Experts by experience


Remember I talked about crying and making art about crying yesterday? Well, today I am reeling from doing the same; making art about crying, but not actually doing the crying itself; from laughing and smiling and making and chatting and absorbing and opening up and being receptive and empathising and oh, the list goes on and on.


You see, I attended a very special workshop today; facilitated by the brilliant Jake Spicer of Draw Brighton, it was run in participation with the also rather brilliant Daily Life Limited, set up by art hero Bobby Baker and based in Stratford (where Pip's from and a short bus ride from me, coincidentally).


I'd met Bobby very briefly once before, when my dear friend Jess and I went to see her performance Mad Gyms and Kitchens at the Barbican. I did write about my experience there, but unfortunately it has been lost in the annals of the internet. Suffice to say it was a practice (if not life) changing experience. Bobby was lovely to meet then, and she was lovely to meet today too, as was Jake, the rest of the Daily Life Limited team who were present, and the other artists participating in the workshop.


The workshop was based around the idea that people who experience mental ill health are experts by experience, and more generally, who is an expert/what makes an expert?


It was suggested (though by no means prescribed) that we consider what we were experts in/of in our drawing experiments. I drew myself as an expert at crying and an expert at eating. 

Thankfully I don't cry as much as I used to, though I'm sure my many years of unwavering service to tear-letting still qualify me as a professional weeper of some expertise.

Eating is a funny one; it would be hard not to be an expert at eating in my rather food-centric family. However, when I am unwell it's often the first thing to go out of the window. It becomes a way of punishing myself for my many perceived failings. I am happy to report that for now, however, my eating is prolific and unlikely to wane in quantity or quality.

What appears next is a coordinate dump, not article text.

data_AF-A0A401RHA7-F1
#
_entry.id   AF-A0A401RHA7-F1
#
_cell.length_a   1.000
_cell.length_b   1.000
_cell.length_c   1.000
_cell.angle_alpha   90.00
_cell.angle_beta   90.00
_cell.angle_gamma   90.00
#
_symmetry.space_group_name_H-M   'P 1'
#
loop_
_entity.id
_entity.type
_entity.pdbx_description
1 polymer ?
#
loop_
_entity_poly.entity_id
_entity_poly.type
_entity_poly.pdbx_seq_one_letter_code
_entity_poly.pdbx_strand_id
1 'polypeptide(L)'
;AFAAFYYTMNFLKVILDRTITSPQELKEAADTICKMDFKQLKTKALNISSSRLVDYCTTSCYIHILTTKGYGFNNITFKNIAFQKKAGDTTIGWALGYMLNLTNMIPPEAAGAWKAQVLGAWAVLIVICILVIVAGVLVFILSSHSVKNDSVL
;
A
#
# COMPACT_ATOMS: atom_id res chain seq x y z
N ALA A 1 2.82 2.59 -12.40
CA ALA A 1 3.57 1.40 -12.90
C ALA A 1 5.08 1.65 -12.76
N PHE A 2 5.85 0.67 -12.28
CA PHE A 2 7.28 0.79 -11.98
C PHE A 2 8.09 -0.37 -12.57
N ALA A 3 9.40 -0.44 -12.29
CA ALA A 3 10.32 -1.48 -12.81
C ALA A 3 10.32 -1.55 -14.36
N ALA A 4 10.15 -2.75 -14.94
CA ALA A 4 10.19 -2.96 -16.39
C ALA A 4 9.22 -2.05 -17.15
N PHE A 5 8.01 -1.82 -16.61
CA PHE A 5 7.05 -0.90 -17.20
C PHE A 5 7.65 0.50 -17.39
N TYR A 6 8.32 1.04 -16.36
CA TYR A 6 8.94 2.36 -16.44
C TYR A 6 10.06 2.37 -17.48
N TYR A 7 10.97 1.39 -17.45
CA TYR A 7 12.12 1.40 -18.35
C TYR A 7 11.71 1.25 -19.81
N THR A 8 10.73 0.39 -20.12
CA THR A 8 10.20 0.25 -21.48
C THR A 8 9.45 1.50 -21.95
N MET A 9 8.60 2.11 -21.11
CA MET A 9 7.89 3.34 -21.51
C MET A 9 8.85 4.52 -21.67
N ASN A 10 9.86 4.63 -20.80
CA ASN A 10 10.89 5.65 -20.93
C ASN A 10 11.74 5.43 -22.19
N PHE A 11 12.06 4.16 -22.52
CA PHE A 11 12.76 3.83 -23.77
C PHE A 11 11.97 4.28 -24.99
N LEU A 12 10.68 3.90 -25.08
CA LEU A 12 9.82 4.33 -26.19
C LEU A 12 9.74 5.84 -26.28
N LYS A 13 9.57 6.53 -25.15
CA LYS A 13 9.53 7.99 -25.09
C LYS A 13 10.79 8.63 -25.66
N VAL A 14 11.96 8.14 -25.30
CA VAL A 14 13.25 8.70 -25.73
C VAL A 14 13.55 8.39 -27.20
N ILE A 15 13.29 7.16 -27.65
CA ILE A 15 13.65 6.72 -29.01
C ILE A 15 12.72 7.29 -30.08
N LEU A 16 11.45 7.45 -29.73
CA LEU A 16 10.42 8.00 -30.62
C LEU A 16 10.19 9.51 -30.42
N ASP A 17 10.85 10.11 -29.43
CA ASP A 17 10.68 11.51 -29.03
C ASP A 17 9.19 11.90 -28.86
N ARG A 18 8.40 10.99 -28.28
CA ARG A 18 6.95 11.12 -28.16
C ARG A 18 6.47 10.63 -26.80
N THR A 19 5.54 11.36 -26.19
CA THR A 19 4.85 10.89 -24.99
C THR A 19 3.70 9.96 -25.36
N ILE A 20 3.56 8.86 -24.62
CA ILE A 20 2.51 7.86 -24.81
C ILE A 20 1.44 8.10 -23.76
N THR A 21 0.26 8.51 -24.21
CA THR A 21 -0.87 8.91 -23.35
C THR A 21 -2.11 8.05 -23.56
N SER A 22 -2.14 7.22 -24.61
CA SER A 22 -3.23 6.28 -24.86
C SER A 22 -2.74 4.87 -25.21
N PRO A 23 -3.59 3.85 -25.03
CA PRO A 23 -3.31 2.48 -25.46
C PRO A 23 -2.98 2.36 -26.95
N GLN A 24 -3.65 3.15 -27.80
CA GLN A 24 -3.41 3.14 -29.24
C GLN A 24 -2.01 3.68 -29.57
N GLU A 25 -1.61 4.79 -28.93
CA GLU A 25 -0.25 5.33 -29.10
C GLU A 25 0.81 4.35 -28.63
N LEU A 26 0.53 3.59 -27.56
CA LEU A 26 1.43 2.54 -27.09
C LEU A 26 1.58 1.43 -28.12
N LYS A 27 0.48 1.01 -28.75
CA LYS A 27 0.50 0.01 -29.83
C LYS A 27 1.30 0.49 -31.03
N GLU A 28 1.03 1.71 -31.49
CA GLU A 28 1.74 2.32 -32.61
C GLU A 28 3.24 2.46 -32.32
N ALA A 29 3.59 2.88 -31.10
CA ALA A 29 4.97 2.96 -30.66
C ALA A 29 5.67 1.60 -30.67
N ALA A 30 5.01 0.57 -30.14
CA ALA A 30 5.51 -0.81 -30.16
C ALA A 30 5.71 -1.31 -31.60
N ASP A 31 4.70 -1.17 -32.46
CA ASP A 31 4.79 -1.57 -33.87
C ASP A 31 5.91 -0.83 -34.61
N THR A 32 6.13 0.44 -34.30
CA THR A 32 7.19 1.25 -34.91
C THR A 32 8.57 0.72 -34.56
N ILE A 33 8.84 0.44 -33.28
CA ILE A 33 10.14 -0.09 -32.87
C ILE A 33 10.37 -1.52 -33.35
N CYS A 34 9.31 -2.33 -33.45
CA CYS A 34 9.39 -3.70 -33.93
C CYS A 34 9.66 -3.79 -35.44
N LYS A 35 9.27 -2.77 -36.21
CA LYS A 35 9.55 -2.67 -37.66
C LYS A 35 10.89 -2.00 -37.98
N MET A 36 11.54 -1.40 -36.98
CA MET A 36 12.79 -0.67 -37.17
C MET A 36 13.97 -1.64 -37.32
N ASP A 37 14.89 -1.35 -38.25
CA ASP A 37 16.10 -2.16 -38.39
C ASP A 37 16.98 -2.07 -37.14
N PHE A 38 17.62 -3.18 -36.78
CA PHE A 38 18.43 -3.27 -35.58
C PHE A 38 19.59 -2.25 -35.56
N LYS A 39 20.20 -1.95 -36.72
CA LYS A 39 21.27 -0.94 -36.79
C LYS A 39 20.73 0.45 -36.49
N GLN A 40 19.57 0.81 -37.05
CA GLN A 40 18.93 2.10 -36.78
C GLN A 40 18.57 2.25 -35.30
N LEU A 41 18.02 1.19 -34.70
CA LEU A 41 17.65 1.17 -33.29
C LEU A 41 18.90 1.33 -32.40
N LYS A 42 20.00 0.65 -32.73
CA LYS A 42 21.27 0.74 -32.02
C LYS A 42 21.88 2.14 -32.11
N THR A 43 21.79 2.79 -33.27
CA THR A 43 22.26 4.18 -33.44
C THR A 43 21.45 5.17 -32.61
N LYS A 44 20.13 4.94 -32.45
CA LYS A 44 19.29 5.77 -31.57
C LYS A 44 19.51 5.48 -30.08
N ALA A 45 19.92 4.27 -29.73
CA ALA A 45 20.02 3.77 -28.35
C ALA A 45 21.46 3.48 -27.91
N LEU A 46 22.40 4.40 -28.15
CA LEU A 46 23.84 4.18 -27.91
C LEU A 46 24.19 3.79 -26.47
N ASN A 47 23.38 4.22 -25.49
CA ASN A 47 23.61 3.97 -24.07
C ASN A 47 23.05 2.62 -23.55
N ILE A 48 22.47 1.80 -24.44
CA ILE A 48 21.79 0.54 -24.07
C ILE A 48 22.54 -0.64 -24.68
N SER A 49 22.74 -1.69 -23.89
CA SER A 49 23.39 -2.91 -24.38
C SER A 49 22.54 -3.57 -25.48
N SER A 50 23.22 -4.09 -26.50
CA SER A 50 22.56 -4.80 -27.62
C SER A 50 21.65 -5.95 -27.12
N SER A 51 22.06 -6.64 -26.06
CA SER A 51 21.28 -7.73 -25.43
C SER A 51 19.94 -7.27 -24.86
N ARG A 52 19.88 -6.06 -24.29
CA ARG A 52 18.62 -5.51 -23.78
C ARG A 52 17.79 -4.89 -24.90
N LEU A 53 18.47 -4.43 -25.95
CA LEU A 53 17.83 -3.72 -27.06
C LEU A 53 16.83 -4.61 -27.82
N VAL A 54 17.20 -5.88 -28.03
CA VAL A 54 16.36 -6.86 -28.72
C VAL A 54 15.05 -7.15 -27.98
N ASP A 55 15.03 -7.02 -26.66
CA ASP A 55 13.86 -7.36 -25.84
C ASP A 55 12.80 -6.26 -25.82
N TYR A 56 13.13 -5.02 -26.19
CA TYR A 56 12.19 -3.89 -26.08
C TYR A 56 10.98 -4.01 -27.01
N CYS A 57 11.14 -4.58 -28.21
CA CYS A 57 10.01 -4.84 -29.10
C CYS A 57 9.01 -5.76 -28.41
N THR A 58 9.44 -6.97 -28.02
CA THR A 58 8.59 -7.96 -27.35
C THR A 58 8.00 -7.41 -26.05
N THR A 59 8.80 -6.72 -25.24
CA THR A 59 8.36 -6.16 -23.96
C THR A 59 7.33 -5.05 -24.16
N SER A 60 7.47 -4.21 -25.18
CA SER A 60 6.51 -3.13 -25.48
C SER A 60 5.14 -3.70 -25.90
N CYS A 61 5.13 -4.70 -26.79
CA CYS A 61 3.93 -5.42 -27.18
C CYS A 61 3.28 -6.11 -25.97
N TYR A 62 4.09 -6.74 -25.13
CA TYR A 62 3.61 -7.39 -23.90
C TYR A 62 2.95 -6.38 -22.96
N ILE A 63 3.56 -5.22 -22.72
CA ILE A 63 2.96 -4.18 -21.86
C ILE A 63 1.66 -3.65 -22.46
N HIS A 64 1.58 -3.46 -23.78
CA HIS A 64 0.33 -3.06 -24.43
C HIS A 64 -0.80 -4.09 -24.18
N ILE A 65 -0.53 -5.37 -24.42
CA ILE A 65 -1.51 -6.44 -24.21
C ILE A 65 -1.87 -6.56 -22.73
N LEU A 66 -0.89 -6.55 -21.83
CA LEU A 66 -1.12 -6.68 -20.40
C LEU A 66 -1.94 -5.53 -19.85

The workshop was a particularly interesting one to undertake whilst I'm looking for work. I have a funny feeling that a lot of "expertise" is blagging anyway.




Aside from the self-portraits, I was back to portraying potions (and emergency glitter!), which I plan to bring back into my practice in a big way in the near future.




The most lovely thing about today was meeting so many like-minded individuals (in more ways than one). Even at art school, people weren't necessarily open about mental health, and my fellow workshop participants today just made sense to me. If anything, they were more sane than a lot of people I've met who haven't been through the mental health mill.








I now feel invigorated to go out into the world and make some damn art! Thank you, Bobby, Jake, and co!

Helenium: tears

The sixth and latest page of Milk Thistle is one of my favourites, possibly because it is about crying, which one could argue is my very favourite theme (see here, here, and also here).

I stitched some stanzas of Keats's Ode on Melancholy on to a handkerchief (aptly), and based the illustration to accompany the lines on this illustration from a book that I snagged from my Mum's work:



But more on that later.

The reason why tears feature prominently on this page is because it is based around a Kensitas Flowers card featuring Helenium, a flower which, in Greek mythology, grew where Helen wept.

Consequently, the text I have written and stitched for the page reads

Nobody brought me a bedside bouquet,

but everywhere I wept, flowers sprung,

until I watered a meadow




To accompany the Kensitas Flower, I stitched the following line from Keats's On Melancholy on to my handkerchief:

But when the melancholy fit shall fall

Sudden from heaven like a weeping cloud,

That fosters the droop-headed flowers all,

And hides the green hill in an April shroud

as I felt they were appropriate. The eye illustration that accompanies the text is the "weeping cloud" of the poem.























There are only two more pages to go now, and then I can (finally) stitch the whole thing together. It's been a long commitment but I think it will pay off.

Weeping Gold


Tonight I am putting the finishing touches to my goldwork weeping eye (mounting it so it's ready for assessment). I envision this as part of a duo; its sister goldwork will be a kid leather trophy which proclaims "You didn't cry", an idea I've employed once or twice before!


For the most part I'm happy with it, and I've really taken to goldwork; I suppose I wouldn't be planning the next one otherwise! I must be a magpie...



Golden Tears



I apologise if I've just got this naff-ly catchy little number stuck in your head; it's been in mine all day. That's because I've made a start on my goldwork module at the Royal School of Needlework. I've chosen quite a striking image for my design; an art-nouveau inspired eye with a single tear drop. One of my tutors today also thought it had quite a Sixties vibe.





I've started couching down some Japanese thread on to the upper eyelid in a brick pattern; it's very satisfying getting a smooth curve with no gaps. Hopefully I'll have that all finished by the end of the day tomorrow.